The Winix 5500-2 cleans the air with a true HEPA filter, carbon filter, and plasma technology that helps remove odors. It has intuitive controls and thoughtful extras like a sleep mode, and timer.
We spend most of our time indoors, and the air quality in our homes and offices can be surprisingly poor. Poor air quality comes from many sources, including wildfire smoke, allergy-causing pollen and dust mites, viruses and bacteria, and common household chemicals. Air purifiers improve indoor air quality by removing these pollutants.
After extensive testing, we identified the Winix 5500-2(available at Amazon for $160.00) as the overall best air purifier, combining multiple filters to remove particles and chemicals.
When choosing an air purifier, focus on your main air quality concerns. If you suffer from allergies, are concerned about airborne viruses and bacteria, or encounter wildfire smoke, you need a particle filter. Particle filters don’t remove chemicals, though. To tackle these, your air purifier will need an activated carbon filter or other chemical removal stage.
For the tiniest particulate matter, like smoke and virus carrying aerosols, you need a high-efficiency particle (HEPA) filter.
The Medify MA-50 (available at Amazon) is the best we’ve tested for HEPA filtering power. This purifier combines high-quality HEPA filters that trap even the tiniest particles with a powerful fan that works well in larger rooms.
For a budget-friendly option, we recommend the IKEA Förnuftig (available at IKEA) as our best value pick. It performs well in small spaces and looks great, more like a vintage speaker than an air purifier.
Here are the best air purifiers we tested ranked, in order:
Aeris Aair Lite
Cuisinart PuRXium CAP-500
Honeywell PowerPlus True HEPA
Area coverage: 360 square feet
Dimensions: 15 x 8 x 24 inches
Color options: Black
Maximum noise level: 57 decibels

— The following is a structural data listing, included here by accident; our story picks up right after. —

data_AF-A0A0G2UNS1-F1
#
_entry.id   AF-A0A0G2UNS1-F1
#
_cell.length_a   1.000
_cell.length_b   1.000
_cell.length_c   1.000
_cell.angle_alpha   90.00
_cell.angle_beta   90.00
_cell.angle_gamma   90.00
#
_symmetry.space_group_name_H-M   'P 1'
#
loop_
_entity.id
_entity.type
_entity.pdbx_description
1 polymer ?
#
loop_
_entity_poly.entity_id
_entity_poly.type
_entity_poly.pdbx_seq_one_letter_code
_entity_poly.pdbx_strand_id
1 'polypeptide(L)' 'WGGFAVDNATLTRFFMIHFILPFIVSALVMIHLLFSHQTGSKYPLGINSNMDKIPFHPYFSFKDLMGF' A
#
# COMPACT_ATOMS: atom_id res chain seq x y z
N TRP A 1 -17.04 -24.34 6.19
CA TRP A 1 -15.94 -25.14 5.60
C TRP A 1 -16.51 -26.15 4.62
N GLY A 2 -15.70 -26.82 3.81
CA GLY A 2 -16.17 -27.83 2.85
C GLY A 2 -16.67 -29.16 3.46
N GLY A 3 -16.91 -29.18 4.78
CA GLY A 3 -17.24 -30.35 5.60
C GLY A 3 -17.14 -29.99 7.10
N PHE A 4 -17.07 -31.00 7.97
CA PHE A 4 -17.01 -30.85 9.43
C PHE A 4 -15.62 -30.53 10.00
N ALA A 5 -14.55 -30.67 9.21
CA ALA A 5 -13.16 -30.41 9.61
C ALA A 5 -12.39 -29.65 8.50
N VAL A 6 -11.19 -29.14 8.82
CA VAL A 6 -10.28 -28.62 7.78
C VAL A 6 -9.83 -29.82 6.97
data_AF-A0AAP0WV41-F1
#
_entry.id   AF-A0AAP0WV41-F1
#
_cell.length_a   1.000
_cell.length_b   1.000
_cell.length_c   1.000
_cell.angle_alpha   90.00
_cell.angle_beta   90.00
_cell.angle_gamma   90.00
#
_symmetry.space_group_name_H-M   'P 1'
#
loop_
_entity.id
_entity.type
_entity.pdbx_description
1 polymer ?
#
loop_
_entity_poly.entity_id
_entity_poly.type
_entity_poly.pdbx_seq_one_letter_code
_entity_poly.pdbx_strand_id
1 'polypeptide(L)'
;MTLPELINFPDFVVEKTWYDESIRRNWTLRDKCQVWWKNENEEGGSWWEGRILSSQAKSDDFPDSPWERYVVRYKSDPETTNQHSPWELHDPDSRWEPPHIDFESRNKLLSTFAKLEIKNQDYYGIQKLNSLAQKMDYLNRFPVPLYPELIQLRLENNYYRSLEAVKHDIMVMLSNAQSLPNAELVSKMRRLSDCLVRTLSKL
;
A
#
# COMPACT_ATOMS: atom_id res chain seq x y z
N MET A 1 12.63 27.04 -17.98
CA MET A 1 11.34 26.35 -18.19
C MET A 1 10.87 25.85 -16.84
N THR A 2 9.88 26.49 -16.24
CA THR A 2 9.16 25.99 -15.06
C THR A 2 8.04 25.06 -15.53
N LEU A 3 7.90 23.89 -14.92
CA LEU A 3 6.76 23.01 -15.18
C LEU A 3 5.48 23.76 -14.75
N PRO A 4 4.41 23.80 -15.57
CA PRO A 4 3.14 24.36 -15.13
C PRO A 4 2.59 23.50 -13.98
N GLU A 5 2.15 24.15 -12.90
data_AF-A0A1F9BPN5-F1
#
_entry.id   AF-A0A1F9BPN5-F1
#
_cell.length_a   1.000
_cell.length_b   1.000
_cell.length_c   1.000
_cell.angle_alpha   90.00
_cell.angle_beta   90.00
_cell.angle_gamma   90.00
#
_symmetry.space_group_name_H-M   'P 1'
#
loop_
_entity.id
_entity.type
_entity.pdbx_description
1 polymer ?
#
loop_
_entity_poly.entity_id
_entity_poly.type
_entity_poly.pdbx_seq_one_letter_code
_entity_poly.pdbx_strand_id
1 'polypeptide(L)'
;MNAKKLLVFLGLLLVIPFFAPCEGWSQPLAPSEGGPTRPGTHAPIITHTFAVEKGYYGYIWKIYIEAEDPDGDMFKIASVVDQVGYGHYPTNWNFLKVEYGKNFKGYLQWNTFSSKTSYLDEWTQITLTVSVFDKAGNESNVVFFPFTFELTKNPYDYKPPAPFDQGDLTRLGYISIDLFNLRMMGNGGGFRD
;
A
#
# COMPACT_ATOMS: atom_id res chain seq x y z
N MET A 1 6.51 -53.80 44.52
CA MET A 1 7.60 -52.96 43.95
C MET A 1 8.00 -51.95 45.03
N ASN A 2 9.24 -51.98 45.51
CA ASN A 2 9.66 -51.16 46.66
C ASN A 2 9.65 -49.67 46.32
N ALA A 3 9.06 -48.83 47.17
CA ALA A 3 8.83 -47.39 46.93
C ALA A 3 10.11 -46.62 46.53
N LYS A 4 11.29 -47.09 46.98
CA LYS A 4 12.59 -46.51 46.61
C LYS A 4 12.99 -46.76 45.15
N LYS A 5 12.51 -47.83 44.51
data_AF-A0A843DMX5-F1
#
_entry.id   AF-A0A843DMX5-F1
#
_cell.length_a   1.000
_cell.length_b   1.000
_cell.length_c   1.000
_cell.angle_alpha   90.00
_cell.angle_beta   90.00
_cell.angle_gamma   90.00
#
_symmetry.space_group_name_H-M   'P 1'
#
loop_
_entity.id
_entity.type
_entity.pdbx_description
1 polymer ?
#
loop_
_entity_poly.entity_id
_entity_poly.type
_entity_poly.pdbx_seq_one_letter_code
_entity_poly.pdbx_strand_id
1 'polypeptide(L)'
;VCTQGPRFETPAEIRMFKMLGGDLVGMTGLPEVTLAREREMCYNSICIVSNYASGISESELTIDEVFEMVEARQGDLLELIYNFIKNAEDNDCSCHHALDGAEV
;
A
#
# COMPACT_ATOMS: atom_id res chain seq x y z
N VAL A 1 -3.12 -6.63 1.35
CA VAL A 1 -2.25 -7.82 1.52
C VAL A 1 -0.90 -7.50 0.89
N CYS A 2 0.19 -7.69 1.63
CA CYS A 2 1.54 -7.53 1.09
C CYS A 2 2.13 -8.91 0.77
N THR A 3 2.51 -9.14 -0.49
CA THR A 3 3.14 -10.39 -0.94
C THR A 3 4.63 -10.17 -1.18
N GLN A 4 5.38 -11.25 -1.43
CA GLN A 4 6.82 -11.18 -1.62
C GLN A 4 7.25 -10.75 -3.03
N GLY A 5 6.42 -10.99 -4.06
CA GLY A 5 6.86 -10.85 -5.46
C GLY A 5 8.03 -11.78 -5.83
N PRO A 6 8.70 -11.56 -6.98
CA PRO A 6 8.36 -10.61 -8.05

The Winix 5500-2 is our best overall performer, scoring well for particle and chemical removal, ease of use, and low filter replacement costs. The impressive all round performance comes from a combination of filters.
A washable pre-filter protects the other filters from large items like pet hair, and a true HEPA filter captures microscopic particles.
A carbon filter absorbs chemical pollutants, like VOCs from paint and cleaning products. This is washable to extend its life. Finally, the Plasmawave stage produces reactive ions that break down more chemicals.
We love the automatic features. An air sensor adjusts performance to match the air quality. A light sensor also dims the controls and turns down the fan for sleep mode after dark. The washable filter stages and relatively long filter keep filter costs low.
The IKEA Förnuftig is a simple, inexpensive purifier that’s well suited to smaller spaces. The replacement filters are an equally good value, so the running cost is low.
It also looks great. The fabric cover gives it the appearance of a speaker. It also has the flexibility to be free-standing or wall-mounted, the only air purifier we tested with both options.
The fabric cover acts as a prefilter, and, with the optional carbon filter in place, the Förnuftig was excellent at removing chemical pollutants like VOCs.
The main area where the Förnuftig falls short is particle filtering. The filter is EPA rather than HEPA rated. This means that although the filter is very effective at trapping particles, it has a slightly lower efficiency than HEPA-rated filters.
The Medify MA-50 is a powerful air purifier with true HEPA filtration. Its efficient design, with a central fan pulling air through filters on all four sides, maximizes its filtering capacity.
The Medify’s filters are rated HEPA 13, a high-efficiency type often used in medical facilities. The HEPA filters can remove the aerosols that spread SARS-CoV-2, the virus that causes COVID.
High-quality filters are expensive, so the annual filter replacement costs are high. Also, the better the filter, the more it blocks airflow. This means that the fans need to be powerful to pull air through the filter, meaning an intrusive noise level at higher settings.
The MA-50 is designed for large rooms, so it is better suited to an open plan home or office. Fortunately, Medify also has a range of air purifiers with the same HEPA filtration rating, but for small spaces.
These are the Medify MA-40, MA-25, and MA14. We didn’t test the smaller units directly, but their similar filter design should give equivalent high performance.
The OdorStop OSAP5 combined the most filtering mechanisms of any purifier we tested. A HEPA filter and ionizer trap particles, plus activated carbon and UV light tackle chemicals. There’s an air quality sensor built-in, so it monitors and automatically adjusts to the current air quality.
Its circular shape with a central fan also allows for a large filter area in a relatively small space. The OdorStop was one of the quieter purifiers we tested. The low noise, plus the dimmable display, make this a good choice for bedrooms.